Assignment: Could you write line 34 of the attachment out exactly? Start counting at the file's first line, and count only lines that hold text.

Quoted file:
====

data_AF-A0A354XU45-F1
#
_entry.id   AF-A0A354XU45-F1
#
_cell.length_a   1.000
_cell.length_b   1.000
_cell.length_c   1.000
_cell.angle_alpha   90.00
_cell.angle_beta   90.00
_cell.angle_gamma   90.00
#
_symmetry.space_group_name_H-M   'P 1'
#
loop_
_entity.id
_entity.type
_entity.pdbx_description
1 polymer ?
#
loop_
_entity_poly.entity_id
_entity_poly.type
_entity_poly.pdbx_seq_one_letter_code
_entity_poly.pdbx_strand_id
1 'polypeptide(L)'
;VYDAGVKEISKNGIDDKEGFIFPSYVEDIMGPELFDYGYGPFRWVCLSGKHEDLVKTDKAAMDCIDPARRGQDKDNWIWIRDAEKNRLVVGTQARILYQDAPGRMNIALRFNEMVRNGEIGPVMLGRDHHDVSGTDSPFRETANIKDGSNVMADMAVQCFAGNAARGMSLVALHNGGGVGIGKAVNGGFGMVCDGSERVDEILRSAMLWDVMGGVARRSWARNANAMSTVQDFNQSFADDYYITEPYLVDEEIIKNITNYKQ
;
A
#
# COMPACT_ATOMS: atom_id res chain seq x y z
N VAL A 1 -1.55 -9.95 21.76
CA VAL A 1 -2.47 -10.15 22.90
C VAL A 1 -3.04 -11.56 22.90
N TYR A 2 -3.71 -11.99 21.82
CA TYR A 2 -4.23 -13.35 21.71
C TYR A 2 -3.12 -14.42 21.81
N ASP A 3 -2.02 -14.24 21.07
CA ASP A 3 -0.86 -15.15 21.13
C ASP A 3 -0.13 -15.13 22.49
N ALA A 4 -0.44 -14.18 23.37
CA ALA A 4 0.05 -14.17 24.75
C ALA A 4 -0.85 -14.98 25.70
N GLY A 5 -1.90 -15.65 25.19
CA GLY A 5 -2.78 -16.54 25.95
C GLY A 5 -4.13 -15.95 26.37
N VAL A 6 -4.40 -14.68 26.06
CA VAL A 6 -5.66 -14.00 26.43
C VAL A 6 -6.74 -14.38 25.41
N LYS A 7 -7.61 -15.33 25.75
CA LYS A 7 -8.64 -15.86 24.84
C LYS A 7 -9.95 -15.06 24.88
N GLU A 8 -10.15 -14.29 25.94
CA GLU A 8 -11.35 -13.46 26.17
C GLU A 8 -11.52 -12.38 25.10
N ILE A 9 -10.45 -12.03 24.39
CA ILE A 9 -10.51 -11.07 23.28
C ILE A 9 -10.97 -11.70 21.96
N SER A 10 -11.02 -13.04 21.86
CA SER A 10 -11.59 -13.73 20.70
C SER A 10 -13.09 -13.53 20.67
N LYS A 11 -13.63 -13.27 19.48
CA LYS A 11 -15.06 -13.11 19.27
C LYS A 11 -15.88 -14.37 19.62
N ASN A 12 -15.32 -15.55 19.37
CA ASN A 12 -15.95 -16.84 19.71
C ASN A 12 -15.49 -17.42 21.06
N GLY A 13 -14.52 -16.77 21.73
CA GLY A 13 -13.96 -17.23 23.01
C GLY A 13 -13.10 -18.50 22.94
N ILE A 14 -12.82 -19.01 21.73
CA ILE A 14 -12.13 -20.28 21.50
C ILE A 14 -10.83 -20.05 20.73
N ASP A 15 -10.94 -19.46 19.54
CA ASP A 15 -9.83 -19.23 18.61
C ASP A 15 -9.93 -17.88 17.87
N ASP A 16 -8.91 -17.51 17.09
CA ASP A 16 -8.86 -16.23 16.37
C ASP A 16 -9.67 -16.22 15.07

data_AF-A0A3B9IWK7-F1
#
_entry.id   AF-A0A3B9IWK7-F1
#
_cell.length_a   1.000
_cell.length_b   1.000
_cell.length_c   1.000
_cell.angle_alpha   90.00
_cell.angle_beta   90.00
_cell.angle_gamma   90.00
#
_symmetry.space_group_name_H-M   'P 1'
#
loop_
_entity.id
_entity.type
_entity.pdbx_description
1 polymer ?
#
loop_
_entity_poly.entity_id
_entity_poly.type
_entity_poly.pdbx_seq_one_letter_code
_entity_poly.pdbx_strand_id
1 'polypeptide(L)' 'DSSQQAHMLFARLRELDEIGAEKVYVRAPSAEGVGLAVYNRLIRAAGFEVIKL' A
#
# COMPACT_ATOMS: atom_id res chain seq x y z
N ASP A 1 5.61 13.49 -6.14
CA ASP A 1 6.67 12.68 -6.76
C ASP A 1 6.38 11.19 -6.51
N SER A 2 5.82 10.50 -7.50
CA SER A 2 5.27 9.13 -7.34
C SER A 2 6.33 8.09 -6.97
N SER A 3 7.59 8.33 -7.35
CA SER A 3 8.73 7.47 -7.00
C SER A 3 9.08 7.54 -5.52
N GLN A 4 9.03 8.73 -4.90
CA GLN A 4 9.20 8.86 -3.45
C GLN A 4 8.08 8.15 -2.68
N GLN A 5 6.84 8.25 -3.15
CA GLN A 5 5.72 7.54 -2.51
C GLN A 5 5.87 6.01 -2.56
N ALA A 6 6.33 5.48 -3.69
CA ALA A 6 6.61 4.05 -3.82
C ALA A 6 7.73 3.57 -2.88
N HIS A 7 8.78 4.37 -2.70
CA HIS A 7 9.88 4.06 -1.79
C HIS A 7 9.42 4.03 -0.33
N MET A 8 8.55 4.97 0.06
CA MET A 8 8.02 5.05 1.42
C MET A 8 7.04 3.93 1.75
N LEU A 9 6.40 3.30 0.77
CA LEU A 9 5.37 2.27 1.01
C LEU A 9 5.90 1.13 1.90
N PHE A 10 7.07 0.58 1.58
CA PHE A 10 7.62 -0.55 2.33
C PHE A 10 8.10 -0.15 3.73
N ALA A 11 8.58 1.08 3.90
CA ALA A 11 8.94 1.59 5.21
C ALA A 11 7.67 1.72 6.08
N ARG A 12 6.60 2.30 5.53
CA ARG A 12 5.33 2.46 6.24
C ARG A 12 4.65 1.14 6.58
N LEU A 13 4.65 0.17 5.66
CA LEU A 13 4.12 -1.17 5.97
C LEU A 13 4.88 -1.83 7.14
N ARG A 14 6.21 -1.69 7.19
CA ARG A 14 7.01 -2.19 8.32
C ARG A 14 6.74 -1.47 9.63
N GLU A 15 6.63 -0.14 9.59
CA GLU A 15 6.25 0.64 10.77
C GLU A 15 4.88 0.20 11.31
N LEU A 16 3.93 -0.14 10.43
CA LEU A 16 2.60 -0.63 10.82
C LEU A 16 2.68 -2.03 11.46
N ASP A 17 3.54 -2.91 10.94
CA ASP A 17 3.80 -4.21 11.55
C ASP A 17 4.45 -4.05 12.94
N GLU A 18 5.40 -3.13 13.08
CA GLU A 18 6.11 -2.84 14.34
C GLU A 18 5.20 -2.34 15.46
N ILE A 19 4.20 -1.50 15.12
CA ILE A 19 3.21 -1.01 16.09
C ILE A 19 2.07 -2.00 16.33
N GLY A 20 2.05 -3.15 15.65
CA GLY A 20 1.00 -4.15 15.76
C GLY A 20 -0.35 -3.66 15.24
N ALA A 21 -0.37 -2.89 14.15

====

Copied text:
N TYR A 2 -3.71 -11.99 21.82